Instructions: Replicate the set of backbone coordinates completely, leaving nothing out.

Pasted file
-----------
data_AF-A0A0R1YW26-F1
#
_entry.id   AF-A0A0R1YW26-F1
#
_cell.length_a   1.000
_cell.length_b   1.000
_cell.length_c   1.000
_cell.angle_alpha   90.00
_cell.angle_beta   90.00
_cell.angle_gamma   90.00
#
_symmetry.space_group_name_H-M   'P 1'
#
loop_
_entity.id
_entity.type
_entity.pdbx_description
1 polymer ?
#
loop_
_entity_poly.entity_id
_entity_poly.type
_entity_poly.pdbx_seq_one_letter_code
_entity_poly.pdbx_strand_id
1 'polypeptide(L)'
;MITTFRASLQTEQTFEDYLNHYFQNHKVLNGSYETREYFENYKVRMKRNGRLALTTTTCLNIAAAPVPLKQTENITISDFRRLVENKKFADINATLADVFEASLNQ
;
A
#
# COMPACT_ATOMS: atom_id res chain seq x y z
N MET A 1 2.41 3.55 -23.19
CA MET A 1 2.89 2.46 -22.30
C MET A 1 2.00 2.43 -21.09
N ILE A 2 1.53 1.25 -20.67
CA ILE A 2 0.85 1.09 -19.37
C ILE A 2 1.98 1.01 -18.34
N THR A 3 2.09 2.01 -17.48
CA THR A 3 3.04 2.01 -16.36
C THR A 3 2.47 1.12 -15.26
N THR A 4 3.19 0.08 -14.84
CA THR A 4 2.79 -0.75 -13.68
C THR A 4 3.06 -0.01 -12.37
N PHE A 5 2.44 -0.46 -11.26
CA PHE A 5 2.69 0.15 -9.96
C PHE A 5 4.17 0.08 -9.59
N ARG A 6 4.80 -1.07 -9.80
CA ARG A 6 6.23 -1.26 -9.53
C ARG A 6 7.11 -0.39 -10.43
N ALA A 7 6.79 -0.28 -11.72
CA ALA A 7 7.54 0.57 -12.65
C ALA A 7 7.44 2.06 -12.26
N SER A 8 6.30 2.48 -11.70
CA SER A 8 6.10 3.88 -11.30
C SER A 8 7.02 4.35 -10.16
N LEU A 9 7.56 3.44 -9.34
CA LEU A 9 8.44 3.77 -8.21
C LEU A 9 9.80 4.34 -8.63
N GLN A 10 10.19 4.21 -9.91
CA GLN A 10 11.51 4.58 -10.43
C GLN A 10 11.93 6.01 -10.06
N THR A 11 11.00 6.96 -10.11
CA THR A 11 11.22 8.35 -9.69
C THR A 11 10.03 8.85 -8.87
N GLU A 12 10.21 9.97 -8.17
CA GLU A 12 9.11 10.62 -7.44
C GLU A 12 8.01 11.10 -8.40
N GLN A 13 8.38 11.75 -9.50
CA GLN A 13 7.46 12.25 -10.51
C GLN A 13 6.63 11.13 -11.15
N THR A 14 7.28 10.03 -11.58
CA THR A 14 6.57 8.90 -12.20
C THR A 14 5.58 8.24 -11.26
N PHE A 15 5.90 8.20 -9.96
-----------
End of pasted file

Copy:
data_AF-A0A0R1YW26-F1
#
_entry.id   AF-A0A0R1YW26-F1
#
_cell.length_a   1.000
_cell.length_b   1.000
_cell.length_c   1.000
_cell.angle_alpha   90.00
_cell.angle_beta   90.00
_cell.angle_gamma   90.00
#
_symmetry.space_group_name_H-M   'P 1'
#
loop_
_entity.id
_entity.type
_entity.pdbx_description
1 polymer ?
#
loop_
_entity_poly.entity_id
_entity_poly.type
_entity_poly.pdbx_seq_one_letter_code
_entity_poly.pdbx_strand_id
1 'polypeptide(L)'
;MITTFRASLQTEQTFEDYLNHYFQNHKVLNGSYETREYFENYKVRMKRNGRLALTTTTCLNIAAAPVPLKQTENITISDFRRLVENKKFADINATLADVFEASLNQ
;
A
#
# COMPACT_ATOMS: atom_id res chain seq x y z
N MET A 1 2.41 3.55 -23.19
CA MET A 1 2.89 2.46 -22.30
C MET A 1 2.00 2.43 -21.09
N ILE A 2 1.53 1.25 -20.67
CA ILE A 2 0.85 1.09 -19.37
C ILE A 2 1.98 1.01 -18.34
N THR A 3 2.09 2.01 -17.48
CA THR A 3 3.04 2.01 -16.36
C THR A 3 2.47 1.12 -15.26
N THR A 4 3.19 0.08 -14.84
CA THR A 4 2.79 -0.75 -13.68
C THR A 4 3.06 -0.01 -12.37
N PHE A 5 2.44 -0.46 -11.26
CA PHE A 5 2.69 0.15 -9.96
C PHE A 5 4.17 0.08 -9.59
N ARG A 6 4.80 -1.07 -9.80
CA ARG A 6 6.23 -1.26 -9.53
C ARG A 6 7.11 -0.39 -10.43
N ALA A 7 6.79 -0.28 -11.72
CA ALA A 7 7.54 0.57 -12.65
C ALA A 7 7.44 2.06 -12.26
N SER A 8 6.30 2.48 -11.70
CA SER A 8 6.10 3.88 -11.30
C SER A 8 7.02 4.35 -10.16
N LEU A 9 7.56 3.44 -9.34
CA LEU A 9 8.44 3.77 -8.21
C LEU A 9 9.80 4.34 -8.63
N GLN A 10 10.19 4.21 -9.91
CA GLN A 10 11.51 4.58 -10.43
C GLN A 10 11.93 6.01 -10.06
N THR A 11 11.00 6.96 -10.11
CA THR A 11 11.22 8.35 -9.69
C THR A 11 10.03 8.85 -8.87
N GLU A 12 10.21 9.97 -8.17
CA GLU A 12 9.11 10.62 -7.44
C GLU A 12 8.01 11.10 -8.40
N GLN A 13 8.38 11.75 -9.50
CA GLN A 13 7.46 12.25 -10.51
C GLN A 13 6.63 11.13 -11.15
N THR A 14 7.28 10.03 -11.58
CA THR A 14 6.57 8.90 -12.20
C THR A 14 5.58 8.24 -11.26
N PHE A 15 5.90 8.20 -9.96